When a Great Impact Opportunity Just Doesn’t Make Financial Sense

August 2018 | ESG investing

Picture a large office building in your nearest city. At night, there are usually a handful of lights on in various rooms and offices which you notice from miles away. Now picture that same building during the day with every light on and consider the amount of energy that is being pulled from the grid to provide that illumination.


Approximately 30% to 40% of an office building’s total energy consumption is lighting. Over the past decade, initiatives for replacing fluorescent tube lighting with low-energy LED lights, sometimes combined with rooftop solar panels, have gained popularity. But how can a building owner raise the millions of dollars necessary for upgrades on that scale?

PACE, or Property Assessed Clean Energy, is a financing structure that allows commercial, residential, and industrial property owners to finance upgrades involving energy efficiency, renewable energy, and water conservation. Common examples include solar and battery technology, cool roofs, and even something as simple as added insulation. The financing comes in the form of loans or bonds which can be issued by municipalities or private finance companies.


While combing through investment opportunities that contribute to positive environmental and social outcomes, we recently looked at a commercial PACE deal. The deal was offered to a small number of investors. Our due diligence included speaking with the company where we requested additional information be disclosed for us to feel comfortable with the issuance. While the positive impact and environmental benefits of the deal were clear and measurable, the financial characteristics did not pass our rigorous investment requirements. Our two-prong investment approach requires every bond to pass both financial and impact/ESG mandates in order to be considered for inclusion in our portfolio.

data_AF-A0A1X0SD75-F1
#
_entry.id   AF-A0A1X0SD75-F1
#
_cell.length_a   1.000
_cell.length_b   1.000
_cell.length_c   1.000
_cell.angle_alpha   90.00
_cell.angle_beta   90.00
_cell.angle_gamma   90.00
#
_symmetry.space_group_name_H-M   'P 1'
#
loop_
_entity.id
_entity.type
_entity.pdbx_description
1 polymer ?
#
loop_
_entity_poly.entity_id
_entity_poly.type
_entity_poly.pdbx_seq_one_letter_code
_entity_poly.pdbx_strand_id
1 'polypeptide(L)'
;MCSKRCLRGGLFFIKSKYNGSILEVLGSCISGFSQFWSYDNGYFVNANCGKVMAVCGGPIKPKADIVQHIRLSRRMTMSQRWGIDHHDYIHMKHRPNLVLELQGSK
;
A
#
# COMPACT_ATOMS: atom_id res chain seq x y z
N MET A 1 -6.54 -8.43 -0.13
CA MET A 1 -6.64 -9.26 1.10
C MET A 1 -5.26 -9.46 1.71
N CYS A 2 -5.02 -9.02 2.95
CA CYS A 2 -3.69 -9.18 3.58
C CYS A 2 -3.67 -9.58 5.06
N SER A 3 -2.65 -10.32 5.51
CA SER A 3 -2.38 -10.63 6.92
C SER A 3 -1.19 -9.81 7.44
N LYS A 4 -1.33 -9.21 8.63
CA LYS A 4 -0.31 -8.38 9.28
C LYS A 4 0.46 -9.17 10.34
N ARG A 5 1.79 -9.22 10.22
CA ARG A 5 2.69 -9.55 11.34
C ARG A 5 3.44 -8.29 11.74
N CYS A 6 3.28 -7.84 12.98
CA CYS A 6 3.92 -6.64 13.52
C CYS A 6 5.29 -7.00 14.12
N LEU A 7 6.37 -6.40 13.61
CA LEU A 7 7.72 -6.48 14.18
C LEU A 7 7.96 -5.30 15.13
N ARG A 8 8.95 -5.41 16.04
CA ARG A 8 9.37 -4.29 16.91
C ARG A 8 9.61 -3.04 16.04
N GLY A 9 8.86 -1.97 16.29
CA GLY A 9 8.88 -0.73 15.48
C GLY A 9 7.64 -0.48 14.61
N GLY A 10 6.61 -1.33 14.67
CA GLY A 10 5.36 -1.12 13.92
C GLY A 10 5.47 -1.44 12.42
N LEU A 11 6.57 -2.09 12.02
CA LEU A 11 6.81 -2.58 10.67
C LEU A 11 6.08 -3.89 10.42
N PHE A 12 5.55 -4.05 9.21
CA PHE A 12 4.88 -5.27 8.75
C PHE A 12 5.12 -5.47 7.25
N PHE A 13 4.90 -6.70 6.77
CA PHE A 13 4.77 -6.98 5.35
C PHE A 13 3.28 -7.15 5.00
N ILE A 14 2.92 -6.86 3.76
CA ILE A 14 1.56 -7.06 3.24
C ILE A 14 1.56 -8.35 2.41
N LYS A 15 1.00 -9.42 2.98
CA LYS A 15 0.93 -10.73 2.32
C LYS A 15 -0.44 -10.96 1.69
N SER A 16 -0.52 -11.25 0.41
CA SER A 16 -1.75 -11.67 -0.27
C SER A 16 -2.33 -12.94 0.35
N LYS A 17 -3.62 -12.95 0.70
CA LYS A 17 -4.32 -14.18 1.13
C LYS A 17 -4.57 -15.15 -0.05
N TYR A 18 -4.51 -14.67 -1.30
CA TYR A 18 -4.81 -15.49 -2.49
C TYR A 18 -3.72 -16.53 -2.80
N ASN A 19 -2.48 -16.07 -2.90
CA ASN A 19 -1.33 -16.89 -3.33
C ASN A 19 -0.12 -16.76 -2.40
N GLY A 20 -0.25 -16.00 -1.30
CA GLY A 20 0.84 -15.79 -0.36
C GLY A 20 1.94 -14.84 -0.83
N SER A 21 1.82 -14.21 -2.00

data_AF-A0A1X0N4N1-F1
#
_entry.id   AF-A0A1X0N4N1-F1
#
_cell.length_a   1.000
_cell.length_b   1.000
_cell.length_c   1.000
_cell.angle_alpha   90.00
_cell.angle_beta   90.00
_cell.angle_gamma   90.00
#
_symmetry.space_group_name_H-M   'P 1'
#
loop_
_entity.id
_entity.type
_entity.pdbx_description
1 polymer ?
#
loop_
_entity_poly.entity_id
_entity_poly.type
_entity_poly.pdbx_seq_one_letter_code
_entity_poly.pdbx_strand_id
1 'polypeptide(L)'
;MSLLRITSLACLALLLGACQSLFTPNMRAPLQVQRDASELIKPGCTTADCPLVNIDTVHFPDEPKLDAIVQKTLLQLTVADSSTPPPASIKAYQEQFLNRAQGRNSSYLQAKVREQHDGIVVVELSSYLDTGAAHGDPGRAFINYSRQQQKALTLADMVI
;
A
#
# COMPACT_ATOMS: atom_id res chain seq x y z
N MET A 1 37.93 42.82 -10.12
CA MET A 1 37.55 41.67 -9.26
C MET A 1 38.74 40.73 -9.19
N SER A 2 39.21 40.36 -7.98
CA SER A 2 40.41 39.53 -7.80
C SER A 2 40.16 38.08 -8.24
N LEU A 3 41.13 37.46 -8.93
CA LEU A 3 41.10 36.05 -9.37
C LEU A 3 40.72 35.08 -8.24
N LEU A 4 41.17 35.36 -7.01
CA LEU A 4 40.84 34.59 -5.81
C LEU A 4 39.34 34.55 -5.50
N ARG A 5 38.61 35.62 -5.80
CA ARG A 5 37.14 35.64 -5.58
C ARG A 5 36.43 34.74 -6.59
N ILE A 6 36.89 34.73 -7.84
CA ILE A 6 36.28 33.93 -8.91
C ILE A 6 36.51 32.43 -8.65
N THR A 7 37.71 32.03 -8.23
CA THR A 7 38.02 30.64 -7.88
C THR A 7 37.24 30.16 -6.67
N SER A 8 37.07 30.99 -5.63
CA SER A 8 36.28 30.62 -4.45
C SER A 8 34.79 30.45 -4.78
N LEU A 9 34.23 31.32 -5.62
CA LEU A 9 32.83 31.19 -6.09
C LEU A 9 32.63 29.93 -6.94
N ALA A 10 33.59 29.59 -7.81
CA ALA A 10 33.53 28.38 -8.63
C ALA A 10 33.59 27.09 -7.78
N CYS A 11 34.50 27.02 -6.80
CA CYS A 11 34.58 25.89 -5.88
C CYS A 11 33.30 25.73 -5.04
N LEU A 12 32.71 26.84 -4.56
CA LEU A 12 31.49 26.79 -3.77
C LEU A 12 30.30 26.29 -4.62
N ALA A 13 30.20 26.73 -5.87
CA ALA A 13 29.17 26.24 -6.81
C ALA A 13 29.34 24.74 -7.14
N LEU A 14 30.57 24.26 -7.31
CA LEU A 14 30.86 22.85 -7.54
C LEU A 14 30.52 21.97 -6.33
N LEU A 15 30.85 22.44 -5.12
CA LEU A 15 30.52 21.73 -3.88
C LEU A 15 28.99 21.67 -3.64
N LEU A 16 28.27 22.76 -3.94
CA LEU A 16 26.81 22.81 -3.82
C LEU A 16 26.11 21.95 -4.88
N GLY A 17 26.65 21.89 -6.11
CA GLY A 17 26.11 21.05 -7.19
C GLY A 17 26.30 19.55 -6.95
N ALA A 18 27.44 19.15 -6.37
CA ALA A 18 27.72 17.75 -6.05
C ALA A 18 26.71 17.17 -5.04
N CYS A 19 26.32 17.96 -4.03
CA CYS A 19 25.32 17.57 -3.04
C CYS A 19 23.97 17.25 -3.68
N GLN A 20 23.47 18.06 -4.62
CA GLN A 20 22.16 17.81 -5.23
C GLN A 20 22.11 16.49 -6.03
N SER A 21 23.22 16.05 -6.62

For example, the ability of an underlying property to consistently pay back a loan is of critical importance. When underwriting potential commercial real estate deals, we must be completely comfortable with the data that is used for compiling key metrics such as a property’s debt service coverage ratio (DSCR). This is the same way a mortgage lender would look at someone’s income and their ability to make the monthly mortgage payments. If the borrower can’t provide clear proof of sustainable income, a good lender will likely decline the mortgage, regardless of their background story.

Going forward, we will continue to subject every potential new purchase to our strict dual mandate with the goal of ensuring all impact/ESG opportunities also make financial sense.  




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